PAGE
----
Molecules and the Chemical Bond An Introduction to Conceptual Valence Bond Theory 

Author:
 Bent, Henry A. 
ISBN:  9781490713946 
Publication Date:  Sep 2013 
Publisher:  Trafford Publishing

Book Format:  Paperback 
List Price:  USD $18.30 
Book Description:

MOLECULES and the Chemical Bond is about understanding Schrödinger's equation, for chemical systems. In his famous Lectures on Physics, Richard Feynman quotes Paul Dirac on what it means to understand an equation. "I understand what an equation means," said Dirac, "if I have a way of figuring out the characteristics of its solutions without actually solving it." That hits the nail on the head! It's precisely what Conceptual Valence Bond Theory does for Schrödinger's equation. A...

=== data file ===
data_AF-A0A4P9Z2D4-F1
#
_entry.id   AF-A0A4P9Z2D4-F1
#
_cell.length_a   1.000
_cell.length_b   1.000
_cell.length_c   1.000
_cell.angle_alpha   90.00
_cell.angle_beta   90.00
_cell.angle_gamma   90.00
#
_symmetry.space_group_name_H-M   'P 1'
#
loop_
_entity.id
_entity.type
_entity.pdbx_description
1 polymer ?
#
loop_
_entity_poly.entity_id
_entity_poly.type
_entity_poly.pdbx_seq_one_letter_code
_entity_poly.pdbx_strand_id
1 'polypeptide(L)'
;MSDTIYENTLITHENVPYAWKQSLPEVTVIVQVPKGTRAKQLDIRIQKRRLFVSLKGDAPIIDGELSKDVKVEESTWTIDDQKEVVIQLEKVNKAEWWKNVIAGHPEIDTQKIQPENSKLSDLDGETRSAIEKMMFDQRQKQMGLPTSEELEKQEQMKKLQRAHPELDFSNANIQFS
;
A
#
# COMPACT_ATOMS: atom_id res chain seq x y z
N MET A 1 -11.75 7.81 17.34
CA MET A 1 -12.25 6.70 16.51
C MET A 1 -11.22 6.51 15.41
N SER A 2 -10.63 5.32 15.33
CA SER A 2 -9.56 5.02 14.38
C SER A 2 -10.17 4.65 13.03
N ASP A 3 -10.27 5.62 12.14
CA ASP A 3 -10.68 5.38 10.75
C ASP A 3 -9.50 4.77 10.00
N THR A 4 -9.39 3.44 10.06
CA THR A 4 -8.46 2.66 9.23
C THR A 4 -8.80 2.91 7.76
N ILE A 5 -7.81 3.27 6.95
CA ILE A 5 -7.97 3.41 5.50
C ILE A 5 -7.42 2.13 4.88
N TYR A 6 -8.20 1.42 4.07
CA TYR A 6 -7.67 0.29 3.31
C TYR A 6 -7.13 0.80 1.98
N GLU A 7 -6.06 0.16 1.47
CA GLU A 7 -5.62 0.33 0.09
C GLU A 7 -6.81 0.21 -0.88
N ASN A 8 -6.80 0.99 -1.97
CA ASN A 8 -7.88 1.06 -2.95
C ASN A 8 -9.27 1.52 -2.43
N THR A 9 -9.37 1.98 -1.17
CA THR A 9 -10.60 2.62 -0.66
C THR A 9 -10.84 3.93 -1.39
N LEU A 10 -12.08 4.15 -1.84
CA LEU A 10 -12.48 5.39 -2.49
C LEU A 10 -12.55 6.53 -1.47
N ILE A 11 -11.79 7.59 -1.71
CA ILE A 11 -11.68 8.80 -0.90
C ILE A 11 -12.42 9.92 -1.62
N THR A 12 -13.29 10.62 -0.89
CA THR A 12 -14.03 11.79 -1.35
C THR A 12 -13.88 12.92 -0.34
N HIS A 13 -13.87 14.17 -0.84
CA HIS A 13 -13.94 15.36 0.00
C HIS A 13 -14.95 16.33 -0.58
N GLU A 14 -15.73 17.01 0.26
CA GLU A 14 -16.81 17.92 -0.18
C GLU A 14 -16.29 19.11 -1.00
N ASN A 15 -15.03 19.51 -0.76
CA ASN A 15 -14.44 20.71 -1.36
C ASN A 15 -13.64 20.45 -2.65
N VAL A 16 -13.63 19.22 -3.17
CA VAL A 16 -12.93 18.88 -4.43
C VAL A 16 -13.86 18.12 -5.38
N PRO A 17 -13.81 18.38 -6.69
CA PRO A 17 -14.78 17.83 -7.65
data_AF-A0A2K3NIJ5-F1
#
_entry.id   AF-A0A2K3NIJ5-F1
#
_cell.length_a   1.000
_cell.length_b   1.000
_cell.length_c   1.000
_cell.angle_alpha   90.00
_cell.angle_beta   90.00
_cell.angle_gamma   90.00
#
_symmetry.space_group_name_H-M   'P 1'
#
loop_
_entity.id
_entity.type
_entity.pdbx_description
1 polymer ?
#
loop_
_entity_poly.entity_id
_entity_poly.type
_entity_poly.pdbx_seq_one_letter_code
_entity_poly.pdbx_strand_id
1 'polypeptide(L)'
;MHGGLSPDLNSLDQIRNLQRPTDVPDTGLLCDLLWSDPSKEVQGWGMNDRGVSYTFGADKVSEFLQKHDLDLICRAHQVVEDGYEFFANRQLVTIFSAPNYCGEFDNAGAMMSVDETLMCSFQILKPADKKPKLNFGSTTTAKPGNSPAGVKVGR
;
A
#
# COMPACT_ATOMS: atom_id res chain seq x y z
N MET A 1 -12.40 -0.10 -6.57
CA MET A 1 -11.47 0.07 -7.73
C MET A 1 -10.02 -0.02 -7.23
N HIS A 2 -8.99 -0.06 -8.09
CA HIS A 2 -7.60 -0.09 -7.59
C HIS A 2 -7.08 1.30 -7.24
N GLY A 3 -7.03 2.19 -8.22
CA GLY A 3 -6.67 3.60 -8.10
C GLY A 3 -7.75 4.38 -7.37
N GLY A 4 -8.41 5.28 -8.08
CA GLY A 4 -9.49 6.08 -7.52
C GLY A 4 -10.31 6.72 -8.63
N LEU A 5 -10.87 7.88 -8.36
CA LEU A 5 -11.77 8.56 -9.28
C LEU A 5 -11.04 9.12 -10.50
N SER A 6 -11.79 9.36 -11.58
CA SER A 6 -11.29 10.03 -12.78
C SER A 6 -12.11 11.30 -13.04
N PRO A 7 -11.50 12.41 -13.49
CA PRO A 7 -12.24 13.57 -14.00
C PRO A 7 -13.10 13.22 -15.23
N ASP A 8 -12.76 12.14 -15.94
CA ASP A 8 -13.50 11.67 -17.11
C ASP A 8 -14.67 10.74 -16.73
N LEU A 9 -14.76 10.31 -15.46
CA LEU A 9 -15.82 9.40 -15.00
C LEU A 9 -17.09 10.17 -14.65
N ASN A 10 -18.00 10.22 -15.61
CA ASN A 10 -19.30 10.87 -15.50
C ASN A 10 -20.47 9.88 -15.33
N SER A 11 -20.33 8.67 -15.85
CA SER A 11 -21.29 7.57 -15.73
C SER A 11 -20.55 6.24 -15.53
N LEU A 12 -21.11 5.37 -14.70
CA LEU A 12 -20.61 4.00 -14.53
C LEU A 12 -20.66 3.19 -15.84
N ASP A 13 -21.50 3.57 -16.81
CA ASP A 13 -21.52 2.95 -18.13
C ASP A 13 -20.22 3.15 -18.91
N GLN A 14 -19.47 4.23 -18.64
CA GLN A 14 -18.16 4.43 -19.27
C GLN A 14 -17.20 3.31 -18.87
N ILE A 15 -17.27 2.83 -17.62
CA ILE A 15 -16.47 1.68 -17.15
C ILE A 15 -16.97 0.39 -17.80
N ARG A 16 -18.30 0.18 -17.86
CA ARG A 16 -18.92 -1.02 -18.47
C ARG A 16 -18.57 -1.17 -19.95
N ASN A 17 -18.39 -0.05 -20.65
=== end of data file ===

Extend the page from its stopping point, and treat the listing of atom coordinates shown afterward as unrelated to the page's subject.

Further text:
More DescriptionMOLECULES and the Chemical Bond is about understanding Schrödinger's equation, for chemical systems. In his famous Lectures on Physics, Richard Feynman quotes Paul Dirac on what it means to understand an equation. "I understand what an equation means," said Dirac, "if I have a way of figuring out the characteristics of its solutions without actually solving it." That hits the nail on the head! It's precisely what Conceptual Valence Bond Theory does for Schrödinger's equation. A "physical understanding" of an equation, adds Feynman, "is a completely unmathematical, imprecise, and inexact thing, but absolutely necessary for a physicist." It unfolds in MCB in two stages, described by Newton as a stage of "Analysis" (a union of observations and inductions) and a stage of "Synthesis" (use of inductions, accepted as first principles, to explain observations). The book's chief vehicle for creating an intuitive understanding of solutions of Schrödinger's equation is the world's largest  and to the author's knowledge, virtually only  library of line drawings of exclusive orbital models of chemical species' electron density profiles. By focussing attention on fundamental physical principles and by avoiding use of atomic orbitals and, thereby, mathematical complexities associated with Schrödinger's equation (the only source of atomic orbitals), the book's essays provide a scientifically sound, studentfriendly introduction to modern valence theory. Repetition of fundamental ideas, here and there, is intended to make individual essays understandable and interesting, each by itself, so that readers may examine them in any order, in leisurely walks, so to speak, in the big garden that is valence theory, picking bouquets to their liking.